You’ve heard of human DNA testing, but what about DNA testing for dogs? Yes, it’s very much a thing, and while it may seem a foreign concept to many, an increasing number of dog owners are choosing to have their canines tested, and for a variety of reasons.

Just as humans have DNA, each breed of dog has a distinctive set of markers which distinguishes it from others. By taking a sample of your dog’s DNA and running it against the profiles of a database of dog breeds, it is possible to identify the unique ancestry of your dog.

So why DNA test?

Curiosity – some people choose to DNA test out of curiosity, especially if they have a rescue or mixed breed dog. If you weren’t present at the conception or birth of your dog, there is no way of knowing with any certainty the bloodlines that went into creating your companion.

Most dog DNA tests will give a breakdown of your dog’s genetic makeup i.e. 50% Labrador Retriever, 50% Border Collie. Not only does this satisfy the curiosity, it also helps you better understand your dog and the physical and personality traits of the breed.

Purebred? – sometimes a dog advertised as a ‘purebred’ isn’t in fact a purebred. When you think how much money purebred dogs are sold for, it makes perfect sense that a prospective or new owner has a dog tested to confirm the genetic line. This also goes for ‘designer’ breeds like Labradoodles and Cockapoos that you often pay a premium for.

We bought Ruby as an unregistered Border Collie puppy. When I showed a picture of her to a friend at work she told me that Ruby looked exactly like an Australian Kelpie. I had never even heard of an Australian Kelpie so I went straight onto Google and quite rightly all the images of Kelpies looked exactly like our new puppy Ruby. The breeder swore blind she wasn't Kelpie so I decided to have her DNA tested by Wisdom.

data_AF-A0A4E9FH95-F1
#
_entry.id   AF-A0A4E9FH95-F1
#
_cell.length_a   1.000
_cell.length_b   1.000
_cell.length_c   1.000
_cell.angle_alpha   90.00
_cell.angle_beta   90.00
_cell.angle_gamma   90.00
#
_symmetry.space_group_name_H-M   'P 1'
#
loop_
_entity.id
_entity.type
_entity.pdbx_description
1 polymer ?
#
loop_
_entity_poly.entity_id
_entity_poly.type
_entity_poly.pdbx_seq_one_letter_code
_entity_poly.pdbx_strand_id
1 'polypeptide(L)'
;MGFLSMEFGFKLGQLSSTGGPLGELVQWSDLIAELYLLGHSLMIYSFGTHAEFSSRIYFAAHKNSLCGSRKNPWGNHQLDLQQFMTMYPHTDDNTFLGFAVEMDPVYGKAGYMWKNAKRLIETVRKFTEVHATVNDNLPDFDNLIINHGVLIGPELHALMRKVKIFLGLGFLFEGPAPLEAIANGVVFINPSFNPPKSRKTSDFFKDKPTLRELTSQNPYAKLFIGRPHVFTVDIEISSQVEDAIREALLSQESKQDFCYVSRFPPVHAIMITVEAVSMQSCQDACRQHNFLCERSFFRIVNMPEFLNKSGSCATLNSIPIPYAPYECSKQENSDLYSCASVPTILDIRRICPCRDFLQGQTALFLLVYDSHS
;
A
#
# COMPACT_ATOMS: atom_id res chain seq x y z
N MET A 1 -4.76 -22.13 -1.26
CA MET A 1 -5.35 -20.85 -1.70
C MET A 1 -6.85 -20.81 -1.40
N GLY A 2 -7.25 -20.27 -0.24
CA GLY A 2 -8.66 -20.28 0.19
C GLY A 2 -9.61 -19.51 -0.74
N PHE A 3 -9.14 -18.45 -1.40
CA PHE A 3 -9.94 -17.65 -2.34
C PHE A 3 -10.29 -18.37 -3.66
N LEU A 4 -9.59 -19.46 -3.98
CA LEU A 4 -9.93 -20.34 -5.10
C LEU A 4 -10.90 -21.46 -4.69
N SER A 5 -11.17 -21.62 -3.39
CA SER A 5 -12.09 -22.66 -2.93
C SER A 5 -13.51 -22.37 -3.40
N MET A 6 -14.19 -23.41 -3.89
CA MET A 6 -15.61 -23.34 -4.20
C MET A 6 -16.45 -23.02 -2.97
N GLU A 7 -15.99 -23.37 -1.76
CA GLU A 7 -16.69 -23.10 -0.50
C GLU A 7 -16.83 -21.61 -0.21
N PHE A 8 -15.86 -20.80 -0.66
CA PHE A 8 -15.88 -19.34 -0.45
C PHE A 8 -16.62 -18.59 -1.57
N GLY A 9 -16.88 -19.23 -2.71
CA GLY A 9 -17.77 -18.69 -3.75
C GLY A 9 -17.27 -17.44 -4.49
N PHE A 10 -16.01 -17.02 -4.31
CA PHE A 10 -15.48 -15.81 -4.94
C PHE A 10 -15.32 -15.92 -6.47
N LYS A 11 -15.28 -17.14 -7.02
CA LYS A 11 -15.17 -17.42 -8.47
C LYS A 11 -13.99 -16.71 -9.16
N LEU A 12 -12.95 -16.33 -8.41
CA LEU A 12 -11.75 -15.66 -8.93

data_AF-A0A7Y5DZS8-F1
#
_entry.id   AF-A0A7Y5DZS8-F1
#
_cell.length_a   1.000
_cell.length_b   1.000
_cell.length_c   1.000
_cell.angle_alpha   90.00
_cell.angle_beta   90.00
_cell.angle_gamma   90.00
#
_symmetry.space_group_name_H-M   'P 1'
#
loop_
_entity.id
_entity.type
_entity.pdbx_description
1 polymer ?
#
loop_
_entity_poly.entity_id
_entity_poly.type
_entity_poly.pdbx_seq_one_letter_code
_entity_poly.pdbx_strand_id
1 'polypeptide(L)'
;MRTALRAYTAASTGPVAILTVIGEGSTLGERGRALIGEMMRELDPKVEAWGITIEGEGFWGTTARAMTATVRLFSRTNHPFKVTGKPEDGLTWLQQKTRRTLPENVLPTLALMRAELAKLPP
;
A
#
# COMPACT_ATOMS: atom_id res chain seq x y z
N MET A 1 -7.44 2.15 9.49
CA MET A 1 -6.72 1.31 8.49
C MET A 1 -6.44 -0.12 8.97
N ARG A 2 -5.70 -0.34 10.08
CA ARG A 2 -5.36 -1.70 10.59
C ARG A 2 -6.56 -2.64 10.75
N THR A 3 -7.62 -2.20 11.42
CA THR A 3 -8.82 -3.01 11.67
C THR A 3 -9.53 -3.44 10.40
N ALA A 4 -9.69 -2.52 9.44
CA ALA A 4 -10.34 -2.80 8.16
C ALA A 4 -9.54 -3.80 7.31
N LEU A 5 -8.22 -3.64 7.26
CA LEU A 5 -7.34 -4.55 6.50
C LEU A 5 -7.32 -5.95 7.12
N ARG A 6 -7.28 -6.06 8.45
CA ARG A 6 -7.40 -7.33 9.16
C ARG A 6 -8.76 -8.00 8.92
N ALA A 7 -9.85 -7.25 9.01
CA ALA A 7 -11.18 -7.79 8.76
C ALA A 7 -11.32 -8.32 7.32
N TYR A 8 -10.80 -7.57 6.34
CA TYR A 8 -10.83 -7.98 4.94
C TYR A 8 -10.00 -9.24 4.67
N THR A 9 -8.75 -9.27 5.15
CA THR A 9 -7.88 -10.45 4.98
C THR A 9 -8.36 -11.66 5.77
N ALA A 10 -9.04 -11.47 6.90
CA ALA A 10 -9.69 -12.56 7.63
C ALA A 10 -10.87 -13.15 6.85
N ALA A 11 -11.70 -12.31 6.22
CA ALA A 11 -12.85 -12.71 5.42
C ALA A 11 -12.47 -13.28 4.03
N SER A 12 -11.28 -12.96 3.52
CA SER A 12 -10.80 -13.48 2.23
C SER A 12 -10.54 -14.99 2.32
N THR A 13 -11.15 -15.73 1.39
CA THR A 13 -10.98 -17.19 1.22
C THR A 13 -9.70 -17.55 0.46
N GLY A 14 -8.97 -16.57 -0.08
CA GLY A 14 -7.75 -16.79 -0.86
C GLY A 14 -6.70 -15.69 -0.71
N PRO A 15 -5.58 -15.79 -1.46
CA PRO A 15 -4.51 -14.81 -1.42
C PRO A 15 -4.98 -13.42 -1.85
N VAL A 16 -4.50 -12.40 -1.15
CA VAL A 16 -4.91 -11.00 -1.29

The test was really quick and easy to do and the results showed that Ruby was in fact 25% Australian Kelpie and 75% Border Collie, so her sire must have been 50% Kelpie. Once I informed the breeder of her results he admitted that there was a half Kelpie male on the neighbouring farm! So Ruby's parentage was finally revealed!” – Verity Beaton, Marketing Manager.

Size – a mixed breed dog may start off small but have the genetic makeup of a Great Dane or Mastiff, which only becomes apparent as they age. Identifying your dog’s breed early on will help prepare you for the future and the growth rate to come.

Disease disposition – some breeds of dog are more prone to certain diseases than others. If you know with certainty the breed of your dog, you can research conditions that may rear their head in your dog’s lifetime. You can then keep a watchful eye on early symptoms and even take preventative measures in some cases.

The Wisdom Panel® Genetic Breed Identification Test has been developed by a team of veterinary scientists and geneticists and has provided results for more than 700,000 dogs. As well as identifying the breed(s) in your dog’s genetic makeup, the test also provides a predicted weight profile and extensive behavioural information on the breed(s) detected.

For purebred dogs, the test also supplies Principle Component Analysis charts comparing your dog with others of the same breed(s), as well as an additional Homozygosity Profile. Now on offer for only £65.54, the Wisdom Panel® Test is well worth the money for any dog owner.

Written by: Hannah